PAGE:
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One of South Africa’s best-kept conservation secrets lies near Port Edward and is considered to be the smallest desert in the world.
The Red Desert gets its name from the scarlet colour of the sand and is situated on a hillside overlooking the Mtamvuna River.
Only 200 metres in diameter and resembling a miniature version of the Arizona Desert in the United States of America, the man-high hills and valleys of naked red soil are in stark contrast to the surrounding lush and tropical vegetation.
Archaeological artefacts going back millions of years can be found and the locals are pleased this is now an internationally-protected heritage site.
Matt Williams, a fourth-generation member of the family which, for more than 100 years, has owned the land where the Red Desert is situated, said myth and legend surrounded the origin of the desert, including stories that aliens had landed on the site.
Matt Williams, a fourth-generation member of the family which, for more than 100 years, has owned the land where the Red Desert is situated.
“Truth be told, the origins of this desert are found in the location of a Zulu tribe in the 1800s, with vast cattle herds stolen from the Pondos. The terrain became severely over grazed and subsequently eroded by wind, resulting in the desertification of the area with wind-sculpted dune formations.
“The underlying soil has very high iron content which does not allow vegetation to thrive,” he said, adding that tools from the Stone Age that were used to chop up plants and seafood have been discovered.
The Red Desert’s description was contained in navigation manuals as a sighting landmark for ships on their way up the Natal coast.
In 2005, the Williams family which is committed to nature conservation, formed a partnership with the Ray Nkonyeni Municipality, which consented to 105 hectares of municipal land being joined with the family’s 75 hectares for the purpose of creating a nature reserve.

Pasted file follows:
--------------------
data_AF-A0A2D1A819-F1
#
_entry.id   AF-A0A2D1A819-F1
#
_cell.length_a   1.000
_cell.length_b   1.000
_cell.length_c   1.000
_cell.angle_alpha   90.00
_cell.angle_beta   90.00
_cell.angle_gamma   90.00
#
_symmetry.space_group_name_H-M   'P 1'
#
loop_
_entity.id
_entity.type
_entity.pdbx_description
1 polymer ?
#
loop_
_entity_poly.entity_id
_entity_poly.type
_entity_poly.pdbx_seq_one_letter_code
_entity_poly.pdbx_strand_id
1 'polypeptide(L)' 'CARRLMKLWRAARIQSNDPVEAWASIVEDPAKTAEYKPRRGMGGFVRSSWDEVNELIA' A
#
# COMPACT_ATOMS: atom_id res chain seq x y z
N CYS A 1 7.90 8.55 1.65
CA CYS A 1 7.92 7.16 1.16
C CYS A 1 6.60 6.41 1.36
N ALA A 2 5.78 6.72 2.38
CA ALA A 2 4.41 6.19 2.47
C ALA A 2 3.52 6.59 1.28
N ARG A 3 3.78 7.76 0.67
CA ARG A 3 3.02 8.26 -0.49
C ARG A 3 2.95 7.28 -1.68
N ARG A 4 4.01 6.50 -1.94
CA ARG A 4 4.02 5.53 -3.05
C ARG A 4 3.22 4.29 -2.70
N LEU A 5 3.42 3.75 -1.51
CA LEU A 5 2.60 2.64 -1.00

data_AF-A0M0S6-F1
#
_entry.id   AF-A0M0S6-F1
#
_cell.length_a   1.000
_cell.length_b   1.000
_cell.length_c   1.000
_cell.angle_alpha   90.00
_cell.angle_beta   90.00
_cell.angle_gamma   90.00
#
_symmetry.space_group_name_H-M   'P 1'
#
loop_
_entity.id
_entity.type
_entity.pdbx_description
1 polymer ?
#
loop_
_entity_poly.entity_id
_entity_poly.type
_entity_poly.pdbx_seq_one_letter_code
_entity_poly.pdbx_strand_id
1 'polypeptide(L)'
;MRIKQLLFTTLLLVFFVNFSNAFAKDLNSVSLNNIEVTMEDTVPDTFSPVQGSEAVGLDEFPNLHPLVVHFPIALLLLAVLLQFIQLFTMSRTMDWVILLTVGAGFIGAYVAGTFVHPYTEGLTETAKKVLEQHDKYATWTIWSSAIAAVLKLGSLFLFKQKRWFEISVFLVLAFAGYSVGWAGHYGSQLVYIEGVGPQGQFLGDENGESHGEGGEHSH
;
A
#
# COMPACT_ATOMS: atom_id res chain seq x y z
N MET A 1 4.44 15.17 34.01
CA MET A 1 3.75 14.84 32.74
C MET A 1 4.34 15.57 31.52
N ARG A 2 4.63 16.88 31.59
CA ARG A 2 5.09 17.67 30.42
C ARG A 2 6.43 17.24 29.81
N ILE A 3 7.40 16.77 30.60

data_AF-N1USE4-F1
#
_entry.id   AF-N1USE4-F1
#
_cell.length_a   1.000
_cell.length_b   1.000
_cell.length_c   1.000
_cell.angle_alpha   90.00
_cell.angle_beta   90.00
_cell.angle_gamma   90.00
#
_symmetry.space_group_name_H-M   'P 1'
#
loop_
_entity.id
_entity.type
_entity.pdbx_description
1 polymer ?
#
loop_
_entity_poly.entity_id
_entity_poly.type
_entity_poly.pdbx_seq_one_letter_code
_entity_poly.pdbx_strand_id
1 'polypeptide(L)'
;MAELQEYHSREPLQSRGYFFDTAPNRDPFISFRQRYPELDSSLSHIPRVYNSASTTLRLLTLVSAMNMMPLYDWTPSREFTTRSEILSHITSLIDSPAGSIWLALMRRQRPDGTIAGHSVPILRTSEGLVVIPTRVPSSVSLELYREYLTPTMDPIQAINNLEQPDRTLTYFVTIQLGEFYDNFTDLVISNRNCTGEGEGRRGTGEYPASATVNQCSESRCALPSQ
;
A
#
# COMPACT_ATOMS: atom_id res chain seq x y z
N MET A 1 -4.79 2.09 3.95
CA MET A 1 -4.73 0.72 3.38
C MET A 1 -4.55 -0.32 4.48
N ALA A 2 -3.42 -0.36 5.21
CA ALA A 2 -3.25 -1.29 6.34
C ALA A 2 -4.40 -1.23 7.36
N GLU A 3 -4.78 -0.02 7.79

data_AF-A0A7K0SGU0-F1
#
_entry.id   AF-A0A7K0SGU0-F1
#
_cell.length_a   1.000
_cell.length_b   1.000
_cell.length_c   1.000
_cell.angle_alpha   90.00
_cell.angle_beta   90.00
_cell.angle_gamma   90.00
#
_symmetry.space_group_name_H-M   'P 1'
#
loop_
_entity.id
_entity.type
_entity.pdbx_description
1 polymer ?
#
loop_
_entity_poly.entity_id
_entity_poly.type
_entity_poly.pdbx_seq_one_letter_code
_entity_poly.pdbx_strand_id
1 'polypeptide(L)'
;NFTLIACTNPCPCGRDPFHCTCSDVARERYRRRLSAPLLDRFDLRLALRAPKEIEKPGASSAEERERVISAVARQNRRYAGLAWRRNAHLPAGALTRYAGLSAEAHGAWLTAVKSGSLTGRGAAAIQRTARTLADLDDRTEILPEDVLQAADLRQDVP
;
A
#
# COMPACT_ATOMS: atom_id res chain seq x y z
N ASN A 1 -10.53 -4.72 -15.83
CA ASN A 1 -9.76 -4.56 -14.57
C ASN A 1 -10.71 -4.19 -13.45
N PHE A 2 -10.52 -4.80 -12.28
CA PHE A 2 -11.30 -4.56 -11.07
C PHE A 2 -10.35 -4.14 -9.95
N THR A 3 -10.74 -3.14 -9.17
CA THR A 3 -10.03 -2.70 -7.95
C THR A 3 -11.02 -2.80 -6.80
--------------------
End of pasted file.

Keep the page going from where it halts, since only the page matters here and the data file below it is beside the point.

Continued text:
Negotiations then began with Ezemvelo KZN Wildlife and in 2015 the Red Desert Nature Reserve was established as a biodiversity stewardship nature reserve. This would ensure the effective management of land use outside existing state-managed protected areas, including privately-owned land, to ensure that natural systems, biodiversity and the ecosystem are maintained and enhanced for present and future generations.
The area contains a significant area of ‘Critically Endangered’ Pondoland-Natal sandstone coastal sourveld found nowhere else in the country. The Red Desert Nature Reserve also covers several habitats including coastal marine, grasslands, coastal forests, swamp forests, krantzes, desert and riverine and wetland.
At least 480 species of plants and 200 bird species have been recorded to date, with many listed as being under some degree of threat. Southern reed buck, common duiker, blue duiker and oribi have been seen.
Mr Williams, who is chairman of the Red Desert Nature Reserve committee, said since the nature reserve adjoins the former R61 coastal route, many buck, deer and bush pigs have been run over by vehicles.
He approached the South African National Roads Agency (Sanral) with a request to fence the eastern boundary of the reserve and was most grateful that his request was granted.
Ravi Ronny, Sanral Eastern Region design and construction manager said discussions about erecting 2,7 kilometres of fencing had been ongoing since 2014.
“Given the environmental importance of the nature reserve, we agreed to erect a fence along the reserve’s boundary with the road at our cost.
“The fence will help keep animals away from the busy road while also combating trespassing and plant poaching problems,” said Mr Ronny.
He also said this section of the R61 is being upgraded at an estimated cost of R2,5 billion and will see the improved road becoming the ‘new N2’. The new fence has been erected at the revised road reserve boundary which takes into account the future upgrading of the freeway.
Anyone who wishes to visit the Red Desert Nature Reserve and enjoy the scenery, bird watching, archaeology, hiking, mountain biking or trail running may telephone Matt Williams at 083 6319331 to book private tours. They may also visit by themselves. There is no entrance fee.